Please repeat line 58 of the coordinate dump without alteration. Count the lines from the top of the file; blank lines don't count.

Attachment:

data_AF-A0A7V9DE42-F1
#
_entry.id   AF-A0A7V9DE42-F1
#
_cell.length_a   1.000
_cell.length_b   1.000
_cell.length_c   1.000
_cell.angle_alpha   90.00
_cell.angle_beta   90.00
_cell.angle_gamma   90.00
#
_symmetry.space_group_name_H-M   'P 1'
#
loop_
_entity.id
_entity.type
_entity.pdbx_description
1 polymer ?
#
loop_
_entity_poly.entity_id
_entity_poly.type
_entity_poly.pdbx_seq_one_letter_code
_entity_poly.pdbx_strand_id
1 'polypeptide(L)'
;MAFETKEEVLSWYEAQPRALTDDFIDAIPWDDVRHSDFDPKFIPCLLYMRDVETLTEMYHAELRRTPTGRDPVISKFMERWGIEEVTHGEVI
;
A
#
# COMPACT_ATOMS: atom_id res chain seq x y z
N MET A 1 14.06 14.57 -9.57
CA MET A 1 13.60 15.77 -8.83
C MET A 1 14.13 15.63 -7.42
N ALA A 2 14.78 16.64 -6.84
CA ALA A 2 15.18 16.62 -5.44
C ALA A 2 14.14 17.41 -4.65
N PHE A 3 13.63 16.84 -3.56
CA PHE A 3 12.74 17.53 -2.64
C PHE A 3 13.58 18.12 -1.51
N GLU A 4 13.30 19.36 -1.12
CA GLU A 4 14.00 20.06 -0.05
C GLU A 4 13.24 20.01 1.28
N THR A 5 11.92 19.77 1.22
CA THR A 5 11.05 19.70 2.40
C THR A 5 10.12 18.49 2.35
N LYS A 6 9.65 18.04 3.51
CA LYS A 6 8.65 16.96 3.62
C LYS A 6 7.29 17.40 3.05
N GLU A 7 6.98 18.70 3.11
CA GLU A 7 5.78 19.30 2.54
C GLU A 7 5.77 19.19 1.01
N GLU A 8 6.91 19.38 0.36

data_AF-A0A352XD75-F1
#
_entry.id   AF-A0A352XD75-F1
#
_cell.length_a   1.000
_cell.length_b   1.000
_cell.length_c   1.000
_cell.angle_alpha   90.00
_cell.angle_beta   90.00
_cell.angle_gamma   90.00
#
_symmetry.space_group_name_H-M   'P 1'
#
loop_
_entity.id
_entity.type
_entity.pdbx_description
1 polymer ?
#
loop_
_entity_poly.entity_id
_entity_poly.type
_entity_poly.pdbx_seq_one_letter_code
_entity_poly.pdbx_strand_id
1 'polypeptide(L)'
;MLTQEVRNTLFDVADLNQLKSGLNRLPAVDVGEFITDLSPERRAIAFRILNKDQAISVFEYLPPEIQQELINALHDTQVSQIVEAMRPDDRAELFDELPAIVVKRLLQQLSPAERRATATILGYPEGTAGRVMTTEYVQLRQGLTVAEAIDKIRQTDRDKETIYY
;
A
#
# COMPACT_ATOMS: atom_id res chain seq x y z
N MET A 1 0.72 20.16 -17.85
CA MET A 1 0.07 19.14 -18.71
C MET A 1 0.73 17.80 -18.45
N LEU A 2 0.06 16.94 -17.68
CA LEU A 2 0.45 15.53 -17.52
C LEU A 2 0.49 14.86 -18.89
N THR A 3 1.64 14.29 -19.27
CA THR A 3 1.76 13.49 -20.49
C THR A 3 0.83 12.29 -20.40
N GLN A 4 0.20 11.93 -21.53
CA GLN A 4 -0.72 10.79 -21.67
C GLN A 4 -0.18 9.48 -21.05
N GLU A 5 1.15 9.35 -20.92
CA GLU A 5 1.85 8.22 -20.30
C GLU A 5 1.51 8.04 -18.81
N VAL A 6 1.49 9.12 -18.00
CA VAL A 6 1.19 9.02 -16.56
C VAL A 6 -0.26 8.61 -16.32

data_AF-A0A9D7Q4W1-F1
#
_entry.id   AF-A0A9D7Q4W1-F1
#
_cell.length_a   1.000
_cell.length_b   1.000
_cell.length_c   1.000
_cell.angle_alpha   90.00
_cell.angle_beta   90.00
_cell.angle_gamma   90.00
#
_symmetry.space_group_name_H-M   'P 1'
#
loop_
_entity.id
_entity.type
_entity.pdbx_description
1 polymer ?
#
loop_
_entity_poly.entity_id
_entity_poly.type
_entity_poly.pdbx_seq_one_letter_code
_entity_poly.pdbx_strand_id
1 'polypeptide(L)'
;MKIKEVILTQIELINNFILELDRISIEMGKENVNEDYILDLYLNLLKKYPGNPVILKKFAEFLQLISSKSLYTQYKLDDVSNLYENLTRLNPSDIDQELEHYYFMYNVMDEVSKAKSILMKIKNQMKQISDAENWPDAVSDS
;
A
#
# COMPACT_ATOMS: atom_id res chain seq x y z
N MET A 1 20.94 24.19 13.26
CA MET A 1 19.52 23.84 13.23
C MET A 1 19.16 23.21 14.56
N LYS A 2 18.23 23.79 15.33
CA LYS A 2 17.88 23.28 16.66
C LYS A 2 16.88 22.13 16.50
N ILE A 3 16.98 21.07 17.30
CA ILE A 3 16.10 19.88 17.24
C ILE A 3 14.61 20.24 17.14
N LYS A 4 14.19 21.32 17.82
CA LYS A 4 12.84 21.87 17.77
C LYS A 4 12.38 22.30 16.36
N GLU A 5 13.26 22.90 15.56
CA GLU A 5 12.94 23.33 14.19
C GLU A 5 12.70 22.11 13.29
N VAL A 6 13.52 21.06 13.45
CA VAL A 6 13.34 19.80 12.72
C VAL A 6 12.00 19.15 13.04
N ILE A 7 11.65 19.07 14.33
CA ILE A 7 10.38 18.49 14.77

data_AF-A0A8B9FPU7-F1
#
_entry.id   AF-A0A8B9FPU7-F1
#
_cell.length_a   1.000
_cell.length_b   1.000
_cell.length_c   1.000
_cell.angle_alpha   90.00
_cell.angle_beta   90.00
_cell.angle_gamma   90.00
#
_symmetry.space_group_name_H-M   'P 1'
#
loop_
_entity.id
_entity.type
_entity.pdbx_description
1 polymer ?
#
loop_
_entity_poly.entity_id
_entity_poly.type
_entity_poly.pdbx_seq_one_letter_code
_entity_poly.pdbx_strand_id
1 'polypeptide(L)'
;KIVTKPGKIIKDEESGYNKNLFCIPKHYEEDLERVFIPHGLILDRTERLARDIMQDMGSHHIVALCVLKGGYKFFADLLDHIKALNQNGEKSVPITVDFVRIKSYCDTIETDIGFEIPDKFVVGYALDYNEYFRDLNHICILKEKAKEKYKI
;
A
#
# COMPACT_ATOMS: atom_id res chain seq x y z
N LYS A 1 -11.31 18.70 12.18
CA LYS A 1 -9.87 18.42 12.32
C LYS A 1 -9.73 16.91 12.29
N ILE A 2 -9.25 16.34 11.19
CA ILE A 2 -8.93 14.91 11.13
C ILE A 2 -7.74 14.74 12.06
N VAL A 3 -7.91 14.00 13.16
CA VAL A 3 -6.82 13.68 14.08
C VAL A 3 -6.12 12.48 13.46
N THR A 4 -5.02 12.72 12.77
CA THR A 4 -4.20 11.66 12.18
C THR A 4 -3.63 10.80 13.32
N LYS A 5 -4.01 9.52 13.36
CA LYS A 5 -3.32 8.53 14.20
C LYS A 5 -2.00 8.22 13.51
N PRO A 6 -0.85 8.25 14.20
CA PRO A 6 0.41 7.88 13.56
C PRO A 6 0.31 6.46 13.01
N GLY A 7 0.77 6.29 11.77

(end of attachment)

_cell.length_b   1.000